|Faster||Users can gain new insights much faster. At the same time, they can experiment, and in doing so, help IT to develop and validate new data sets in a relatively short time.|
|More flexibility||The users are flexible and much less dependent on IT.|
|More active relationship||Depending on other factors, including the role of the BI manager.|
The preferred BI of the future
Many of the BI vendors are trying to promote BI self-service. They are marketing this principle almost excessively and are presenting it as the preferred BI of the future. A part of the market now has the perception that end users (have to) be able to do everything. A complex report or a dashboard can be compiled with a few clicks. But is that perception justified?
This form of agile BI causes the BI manager lot of headaches:
- How can self-service users be prevented from producing nonsense? After all, linking tables is usually not simple and very complex for the average user. Let alone the need to link internal and external (big) data sources.
- How can it be prevented that multiple versions of the truth will be created together?
- How can a patchwork of BI tools be prevented from coming into the organization?
A difficult dilemma
The experienced BI manager experiences self-service BI as a difficult dilemma. He will, on the one hand, not want to lose control of BI and also not want the carefully constructed single version of the truth to be exposed to ‘outside attacks’. He fears that users can now not only arrive at new reliable insights with lightning speed, but also at terribly wrong insights.
On the other hand, he will not be able to deny the existence and benefits of BI self-service: to quickly be able to experiment with potentially valuable data sets and react more quickly to developments. He is wise not to throw the baby out with the bath water. It can be thought to develop a BI self-service policy that takes into account the accountability and complexity of data sets and the type of user.
|Controlled data sets||Uncontrolled data sets|
|Simple task||Complex||Simple task||Complex|
|End User||Allow||Do Not Allow||Do Not Allow||Do Not Allow|
|Key User||Allow||Warn||Do Not Allow||Do Not Allow|
|Analyst||Pass to key user||Encourage||Allow Condition.||Allow Condition.|
This policy can force the BI manager arrange a process with the main users, analysts, and IT. And by commissioning the proper authorizations and workflow. And where necessary, to increase the knowledge and skills of main users and analysts. The exact interpretation of the policy can vary by organization, since the level of users and analysts differ, for instance. And there must also be room for experimentation and learning.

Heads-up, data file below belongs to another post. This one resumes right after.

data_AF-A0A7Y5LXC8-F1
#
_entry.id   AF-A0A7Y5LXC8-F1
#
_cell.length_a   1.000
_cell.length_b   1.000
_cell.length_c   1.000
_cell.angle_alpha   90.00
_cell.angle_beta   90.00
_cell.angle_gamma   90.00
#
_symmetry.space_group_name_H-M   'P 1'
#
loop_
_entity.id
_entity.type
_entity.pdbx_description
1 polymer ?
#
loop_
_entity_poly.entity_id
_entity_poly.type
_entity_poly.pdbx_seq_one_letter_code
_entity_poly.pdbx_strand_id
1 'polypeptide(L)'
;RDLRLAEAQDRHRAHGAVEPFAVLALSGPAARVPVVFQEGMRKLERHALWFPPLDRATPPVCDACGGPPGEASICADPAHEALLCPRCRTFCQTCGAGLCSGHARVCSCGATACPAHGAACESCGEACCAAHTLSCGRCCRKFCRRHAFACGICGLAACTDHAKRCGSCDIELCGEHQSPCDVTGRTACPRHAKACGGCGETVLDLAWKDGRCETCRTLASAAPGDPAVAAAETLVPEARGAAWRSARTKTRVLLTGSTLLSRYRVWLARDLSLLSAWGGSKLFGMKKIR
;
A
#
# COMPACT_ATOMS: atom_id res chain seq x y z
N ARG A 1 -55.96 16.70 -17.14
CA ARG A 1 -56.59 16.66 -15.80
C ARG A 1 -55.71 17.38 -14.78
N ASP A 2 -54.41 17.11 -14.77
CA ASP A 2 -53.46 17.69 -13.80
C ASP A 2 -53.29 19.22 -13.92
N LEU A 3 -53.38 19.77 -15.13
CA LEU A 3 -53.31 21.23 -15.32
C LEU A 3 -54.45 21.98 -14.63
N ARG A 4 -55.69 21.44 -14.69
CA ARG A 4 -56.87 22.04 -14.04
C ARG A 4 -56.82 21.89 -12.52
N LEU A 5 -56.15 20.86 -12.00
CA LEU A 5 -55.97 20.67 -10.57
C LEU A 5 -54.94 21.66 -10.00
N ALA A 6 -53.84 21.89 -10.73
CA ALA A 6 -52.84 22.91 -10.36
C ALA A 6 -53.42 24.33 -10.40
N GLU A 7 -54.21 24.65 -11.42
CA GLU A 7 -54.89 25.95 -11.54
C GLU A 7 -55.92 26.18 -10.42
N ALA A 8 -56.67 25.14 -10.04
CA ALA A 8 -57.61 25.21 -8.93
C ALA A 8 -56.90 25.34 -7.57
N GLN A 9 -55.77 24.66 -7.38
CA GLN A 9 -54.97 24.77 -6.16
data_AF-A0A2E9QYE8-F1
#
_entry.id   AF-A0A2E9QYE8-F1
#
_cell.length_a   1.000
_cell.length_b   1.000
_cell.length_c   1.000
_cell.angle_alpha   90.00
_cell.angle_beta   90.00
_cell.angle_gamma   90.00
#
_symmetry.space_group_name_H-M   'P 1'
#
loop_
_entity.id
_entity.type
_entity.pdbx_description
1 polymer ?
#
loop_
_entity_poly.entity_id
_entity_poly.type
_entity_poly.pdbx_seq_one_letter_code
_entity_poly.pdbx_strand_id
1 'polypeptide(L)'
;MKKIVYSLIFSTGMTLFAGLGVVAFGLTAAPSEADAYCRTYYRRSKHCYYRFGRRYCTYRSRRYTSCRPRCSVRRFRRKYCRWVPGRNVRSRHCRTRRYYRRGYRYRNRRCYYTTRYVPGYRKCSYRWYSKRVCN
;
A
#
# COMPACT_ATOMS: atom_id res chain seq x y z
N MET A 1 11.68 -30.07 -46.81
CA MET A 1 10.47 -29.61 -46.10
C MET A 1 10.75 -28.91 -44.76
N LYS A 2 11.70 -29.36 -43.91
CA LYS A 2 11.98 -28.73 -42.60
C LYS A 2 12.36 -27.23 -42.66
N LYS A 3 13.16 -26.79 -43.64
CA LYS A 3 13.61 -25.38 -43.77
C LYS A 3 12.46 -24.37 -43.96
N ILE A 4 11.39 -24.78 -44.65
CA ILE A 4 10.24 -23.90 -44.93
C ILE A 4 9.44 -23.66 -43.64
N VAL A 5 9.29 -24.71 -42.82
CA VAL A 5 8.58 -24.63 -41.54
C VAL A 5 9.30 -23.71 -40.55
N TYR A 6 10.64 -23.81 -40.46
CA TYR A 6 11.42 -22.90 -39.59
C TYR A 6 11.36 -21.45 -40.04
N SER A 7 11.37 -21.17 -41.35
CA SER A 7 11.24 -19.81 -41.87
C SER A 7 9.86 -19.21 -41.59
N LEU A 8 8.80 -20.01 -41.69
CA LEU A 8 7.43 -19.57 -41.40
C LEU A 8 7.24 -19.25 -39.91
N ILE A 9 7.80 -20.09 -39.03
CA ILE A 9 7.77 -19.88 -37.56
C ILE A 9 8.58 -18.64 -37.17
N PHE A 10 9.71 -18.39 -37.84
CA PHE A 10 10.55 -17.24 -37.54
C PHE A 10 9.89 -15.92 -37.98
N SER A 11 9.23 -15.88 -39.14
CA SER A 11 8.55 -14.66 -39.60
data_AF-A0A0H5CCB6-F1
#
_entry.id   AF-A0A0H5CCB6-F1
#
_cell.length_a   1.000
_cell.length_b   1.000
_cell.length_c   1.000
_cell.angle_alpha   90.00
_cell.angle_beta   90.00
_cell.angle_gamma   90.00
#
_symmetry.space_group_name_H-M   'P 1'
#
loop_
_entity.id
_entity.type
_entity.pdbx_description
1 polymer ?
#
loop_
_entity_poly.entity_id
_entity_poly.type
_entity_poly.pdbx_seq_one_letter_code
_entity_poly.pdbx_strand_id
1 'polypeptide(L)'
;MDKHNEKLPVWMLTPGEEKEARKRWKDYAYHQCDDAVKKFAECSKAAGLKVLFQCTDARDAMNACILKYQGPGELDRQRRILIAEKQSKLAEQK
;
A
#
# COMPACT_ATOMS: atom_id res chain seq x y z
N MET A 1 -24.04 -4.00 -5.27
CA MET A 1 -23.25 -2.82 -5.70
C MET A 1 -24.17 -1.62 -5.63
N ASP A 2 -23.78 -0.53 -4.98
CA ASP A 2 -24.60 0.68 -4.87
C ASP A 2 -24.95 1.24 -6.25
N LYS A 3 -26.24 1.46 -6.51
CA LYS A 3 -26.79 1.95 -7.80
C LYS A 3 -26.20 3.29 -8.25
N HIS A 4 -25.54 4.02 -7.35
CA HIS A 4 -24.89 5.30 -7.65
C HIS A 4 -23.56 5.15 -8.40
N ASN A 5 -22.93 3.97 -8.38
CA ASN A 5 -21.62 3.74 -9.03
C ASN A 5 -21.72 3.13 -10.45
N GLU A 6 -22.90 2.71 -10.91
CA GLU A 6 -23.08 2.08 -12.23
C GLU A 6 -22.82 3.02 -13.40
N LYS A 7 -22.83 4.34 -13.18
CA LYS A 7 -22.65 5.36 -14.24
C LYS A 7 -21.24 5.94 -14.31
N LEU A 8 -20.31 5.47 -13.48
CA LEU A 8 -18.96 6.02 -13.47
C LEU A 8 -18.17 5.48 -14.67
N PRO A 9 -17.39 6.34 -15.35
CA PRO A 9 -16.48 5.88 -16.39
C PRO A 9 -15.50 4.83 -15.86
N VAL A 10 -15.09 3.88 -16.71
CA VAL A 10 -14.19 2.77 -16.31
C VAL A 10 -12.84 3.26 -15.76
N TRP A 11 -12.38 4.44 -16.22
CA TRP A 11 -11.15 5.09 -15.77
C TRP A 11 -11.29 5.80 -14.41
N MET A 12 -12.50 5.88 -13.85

The ideal BI environment with self-service?
What does the ideal BI environment with self-service look like and who takes responsibility for what?
- IT ensures a solid, reliable information infrastructure with controlled data sets and ready-to-use, reusable components. And they provide a single BI platform that enables both standard reporting, dashboarding and self-service.
- Analysts can use self-service to experiment with controlled and uncontrolled data sets. They share new insights only when there is a guarantee that the information is correct.
- Main users can, based on ready-to-use components (KPIs and reusable insights), compile dashboards and simple reports on their own. This can be commissioned with a Business Intelligence Framework.
- The BI manager, together with the business managers, ensures that the experimental data sets are validated by domain experts. They will eventually want to include specific data sets in the organization-wide information infrastructure.
- The end user ‘only’ consumes the information.
Turn self-service BI into a success story
Business Intelligence is essential to the effective and efficient manage of any organization. Managers can’t get insights into operational performance fast enough. Fortunately for them, BI software is becoming easier and easier to use. Managers don’t have to rely on stressed IT staff to provide the right data anymore. Long live self-service BI! Right? Well, yes and no. There’s a danger to using data in this way. If you don’t take the limitations of self-service BI into consideration, its success rate is very slim. Our 6-step improvement plan reinforces the foundation of self-service BI.
In multiple reports, research and analyst agency Gartner presented its expectations for the future of self-service BI. As always, there are two sides to every coin.